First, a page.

Fair Assessment on UK production by Professor Bailey

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    Dorset Rocket

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    Fair Assessment on UK production by Professor Bailey

    Post by Dorset Rocket on Wed Sep 28, 2016 2:32 pm

    Professor Bailey from Aston University gave a fair assessment of MG's decision to end limited final assembly in the UK:

    'I think MG through Shanghai Automotive's owner have been kind of hanging on there.
    They've had a flawed business model in that it was importing virtually the entire car for Longbridge with some very limited assembly, about 40 to 50 workers.
    I think what has really scuppered them is the Brexit vote.
    They had fundamental business problems in that they were not selling as many cars as they hoped and they had the big import costs of components.
    Post Brexit though, with the devaluation of stirling those imports were much more expensive so costs are higher and there is uncertainty about the future on the trading relationships in Europe.
    What they had hoped to do was use the UK as a launch pad for selling into Europe. If - big if - we are no longer part of the single market what is the point of investing there?'


    Fair comments in my view
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    patpending

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    Re: Fair Assessment on UK production by Professor Bailey

    Post by patpending on Thu Sep 29, 2016 2:24 am

    I agree. Nissan is now committed to Sunderland while Toyota has been hedging its bets for decades. The Yaris plant in France now looks politically less risky. We have seen many false dawns on EU exports and it may be just as well that no big commitment was made.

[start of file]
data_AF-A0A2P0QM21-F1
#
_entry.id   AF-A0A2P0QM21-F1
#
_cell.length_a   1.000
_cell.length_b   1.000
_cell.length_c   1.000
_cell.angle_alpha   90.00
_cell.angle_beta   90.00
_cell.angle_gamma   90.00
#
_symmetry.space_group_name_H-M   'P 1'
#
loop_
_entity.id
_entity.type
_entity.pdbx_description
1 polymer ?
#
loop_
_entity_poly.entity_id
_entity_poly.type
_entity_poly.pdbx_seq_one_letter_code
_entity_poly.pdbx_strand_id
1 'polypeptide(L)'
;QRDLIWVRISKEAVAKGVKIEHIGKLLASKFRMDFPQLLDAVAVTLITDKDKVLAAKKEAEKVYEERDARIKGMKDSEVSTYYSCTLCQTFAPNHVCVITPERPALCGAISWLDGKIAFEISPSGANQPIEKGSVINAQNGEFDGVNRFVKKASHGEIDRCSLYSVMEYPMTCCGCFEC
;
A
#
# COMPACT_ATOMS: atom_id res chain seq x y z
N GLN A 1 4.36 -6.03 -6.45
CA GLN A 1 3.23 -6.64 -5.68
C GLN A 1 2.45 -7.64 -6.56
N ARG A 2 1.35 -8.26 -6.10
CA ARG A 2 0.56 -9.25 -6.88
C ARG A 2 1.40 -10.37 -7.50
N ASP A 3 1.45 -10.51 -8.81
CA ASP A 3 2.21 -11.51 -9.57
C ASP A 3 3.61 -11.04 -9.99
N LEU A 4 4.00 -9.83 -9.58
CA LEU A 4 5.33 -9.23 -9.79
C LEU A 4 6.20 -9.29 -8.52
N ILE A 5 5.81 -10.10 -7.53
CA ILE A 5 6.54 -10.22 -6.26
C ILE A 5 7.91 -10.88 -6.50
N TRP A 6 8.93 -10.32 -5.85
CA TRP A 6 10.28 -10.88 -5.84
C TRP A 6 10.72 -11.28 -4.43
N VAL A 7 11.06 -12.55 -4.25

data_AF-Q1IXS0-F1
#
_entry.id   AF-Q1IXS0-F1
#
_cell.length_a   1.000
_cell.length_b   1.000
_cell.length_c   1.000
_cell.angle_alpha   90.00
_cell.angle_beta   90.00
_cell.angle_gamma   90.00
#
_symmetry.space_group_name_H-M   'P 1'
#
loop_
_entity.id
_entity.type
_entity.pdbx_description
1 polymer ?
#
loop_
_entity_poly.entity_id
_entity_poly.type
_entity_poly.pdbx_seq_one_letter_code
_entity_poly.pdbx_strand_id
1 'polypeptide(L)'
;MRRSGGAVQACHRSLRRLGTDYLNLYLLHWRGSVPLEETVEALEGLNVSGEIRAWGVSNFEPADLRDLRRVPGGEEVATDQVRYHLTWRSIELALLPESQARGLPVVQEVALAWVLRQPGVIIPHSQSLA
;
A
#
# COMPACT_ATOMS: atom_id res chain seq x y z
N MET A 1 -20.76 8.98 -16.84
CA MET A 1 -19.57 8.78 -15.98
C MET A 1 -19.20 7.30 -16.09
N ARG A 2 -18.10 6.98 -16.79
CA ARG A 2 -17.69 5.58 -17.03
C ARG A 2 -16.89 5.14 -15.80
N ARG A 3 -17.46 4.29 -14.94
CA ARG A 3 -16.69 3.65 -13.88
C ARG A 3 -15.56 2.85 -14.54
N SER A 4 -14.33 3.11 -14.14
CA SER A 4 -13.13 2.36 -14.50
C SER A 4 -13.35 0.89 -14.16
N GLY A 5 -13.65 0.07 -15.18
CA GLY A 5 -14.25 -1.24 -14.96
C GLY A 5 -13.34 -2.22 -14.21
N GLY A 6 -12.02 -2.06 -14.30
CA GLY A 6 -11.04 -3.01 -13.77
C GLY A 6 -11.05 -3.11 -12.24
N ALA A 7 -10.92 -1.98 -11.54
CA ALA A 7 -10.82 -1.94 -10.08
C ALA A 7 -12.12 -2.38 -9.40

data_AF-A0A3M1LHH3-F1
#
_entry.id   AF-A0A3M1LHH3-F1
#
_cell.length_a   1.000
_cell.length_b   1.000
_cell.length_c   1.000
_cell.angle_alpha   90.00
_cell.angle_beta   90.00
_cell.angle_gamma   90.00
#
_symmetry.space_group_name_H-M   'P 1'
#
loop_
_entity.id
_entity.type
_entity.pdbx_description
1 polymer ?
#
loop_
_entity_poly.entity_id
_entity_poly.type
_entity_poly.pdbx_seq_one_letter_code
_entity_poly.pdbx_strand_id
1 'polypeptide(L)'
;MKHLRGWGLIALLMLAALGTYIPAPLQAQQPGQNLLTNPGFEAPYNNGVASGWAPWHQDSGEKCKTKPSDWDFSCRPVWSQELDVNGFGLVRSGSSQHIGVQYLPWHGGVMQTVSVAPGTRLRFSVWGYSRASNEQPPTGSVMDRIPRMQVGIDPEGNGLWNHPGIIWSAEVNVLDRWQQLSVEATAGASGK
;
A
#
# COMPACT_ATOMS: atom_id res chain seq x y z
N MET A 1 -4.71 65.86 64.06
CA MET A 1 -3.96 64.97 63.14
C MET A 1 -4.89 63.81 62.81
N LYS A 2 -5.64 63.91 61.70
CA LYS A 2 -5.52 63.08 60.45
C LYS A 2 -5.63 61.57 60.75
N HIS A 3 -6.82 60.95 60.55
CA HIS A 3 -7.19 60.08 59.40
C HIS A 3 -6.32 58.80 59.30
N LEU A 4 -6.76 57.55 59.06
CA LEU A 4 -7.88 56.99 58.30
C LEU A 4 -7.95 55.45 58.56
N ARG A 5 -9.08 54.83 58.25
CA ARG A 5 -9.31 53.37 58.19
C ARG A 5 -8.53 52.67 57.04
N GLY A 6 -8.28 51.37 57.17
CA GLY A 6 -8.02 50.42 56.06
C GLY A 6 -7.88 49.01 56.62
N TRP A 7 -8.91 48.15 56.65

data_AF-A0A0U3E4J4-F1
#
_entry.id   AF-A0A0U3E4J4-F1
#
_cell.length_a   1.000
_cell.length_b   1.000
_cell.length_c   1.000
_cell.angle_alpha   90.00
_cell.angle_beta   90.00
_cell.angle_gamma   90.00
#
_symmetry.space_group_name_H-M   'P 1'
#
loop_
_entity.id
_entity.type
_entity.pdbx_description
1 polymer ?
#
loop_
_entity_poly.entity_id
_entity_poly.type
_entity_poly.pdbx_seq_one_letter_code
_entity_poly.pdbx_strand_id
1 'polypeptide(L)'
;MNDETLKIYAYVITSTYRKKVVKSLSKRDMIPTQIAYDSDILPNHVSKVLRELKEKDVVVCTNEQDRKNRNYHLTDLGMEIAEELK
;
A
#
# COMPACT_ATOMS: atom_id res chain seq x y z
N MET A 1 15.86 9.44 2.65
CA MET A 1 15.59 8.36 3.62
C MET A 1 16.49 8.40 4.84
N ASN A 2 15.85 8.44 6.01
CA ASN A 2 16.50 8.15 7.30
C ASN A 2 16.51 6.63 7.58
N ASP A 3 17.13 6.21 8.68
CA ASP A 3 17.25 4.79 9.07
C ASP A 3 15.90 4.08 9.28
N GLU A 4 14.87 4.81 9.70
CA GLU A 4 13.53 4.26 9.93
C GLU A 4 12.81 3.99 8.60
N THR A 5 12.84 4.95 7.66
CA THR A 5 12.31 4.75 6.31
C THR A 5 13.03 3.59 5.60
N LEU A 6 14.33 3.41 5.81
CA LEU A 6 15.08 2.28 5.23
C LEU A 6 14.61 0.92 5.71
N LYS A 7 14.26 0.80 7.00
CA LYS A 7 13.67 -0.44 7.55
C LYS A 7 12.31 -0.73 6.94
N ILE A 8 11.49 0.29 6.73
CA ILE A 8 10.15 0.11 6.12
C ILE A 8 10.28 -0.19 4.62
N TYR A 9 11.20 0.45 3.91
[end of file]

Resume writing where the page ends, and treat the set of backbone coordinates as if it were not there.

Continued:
On the other hand, valuable *years* have been lost in which time Hyundai (especially) and Kia have become established in Germany and Dacia in France. They have to start sometime! They just need to avoid another South Africa or, worse, another Australia.

    Magnette

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    Re: Fair Assessment on UK production by Professor Bailey

    Post by Magnette on Tue Oct 11, 2016 4:52 am

    I tend to feel that Brexit is the convenient excuse they've been looking for. After the demise of the MG6 and the decision to import the GS fully built, and the last batch of MG3 arriving complete (all prior to the referendum), the manufacturing facility was surplus.

    Irritatingly the website still talks about the Longbridge manufacturing facility (why they can't synchronise PR releases and web updates I will never know).

    The language used is significant too - production is 'ending', not that the facility is 'being mothballed'. So I suppose the last conveyors and equipment will go and they will be left with two vast storage hangars - will they use them or do the imported cars go straight to the dealers? Is the MG3 personalisation process happening at Longbridge or are all the colour coded trim inserts and decal packs being done by the dealers now?

    Which begs the question as to what happens to the site now? What is the point of having that facility in that location? Where do the valuable employees actually live? I don't doubt that they will keep the European design studio in the UK (at some point they MUST go into the EU states) and they've installed new design facilities but that'll be far easier to relocate than a manufacturing plant. They don't need all the room they have there. Unless they have a very long lease at a peppercorn rent, I'd say there's a decent chance they'll be on the move in 10 years or so to somewhere with better links to London.

    Somewhere near Abingdon maybe. Cool

    Dorset Rocket

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    Re: Fair Assessment on UK production by Professor Bailey

    Post by Dorset Rocket on Tue Oct 11, 2016 1:18 pm

    There is no doubt they have made the right decision to stop 'production' or finishing in the UK and my understanding is that the imported cars go direct to the dealers now (look at the websites and FB pages for WH Brand and the new dealer Leasure World Motors and they show new car deliveries with protective covers on the doors and bumpers - they did not leave Longbridge with these on).

    Yes Brexit may be the final straw but the motor industry is still coming to terms with it's impact and MG are unlikely to be the last to reduce or even stop production in the UK as a result. Lets hope that the ££ does not fall so low that all imported products become too expensive and the economy stops totally.

    Regarding space at Longbridge - well there was some talk of SAIC starting production of the revitalised LDV van range in the UK a few months ago..!

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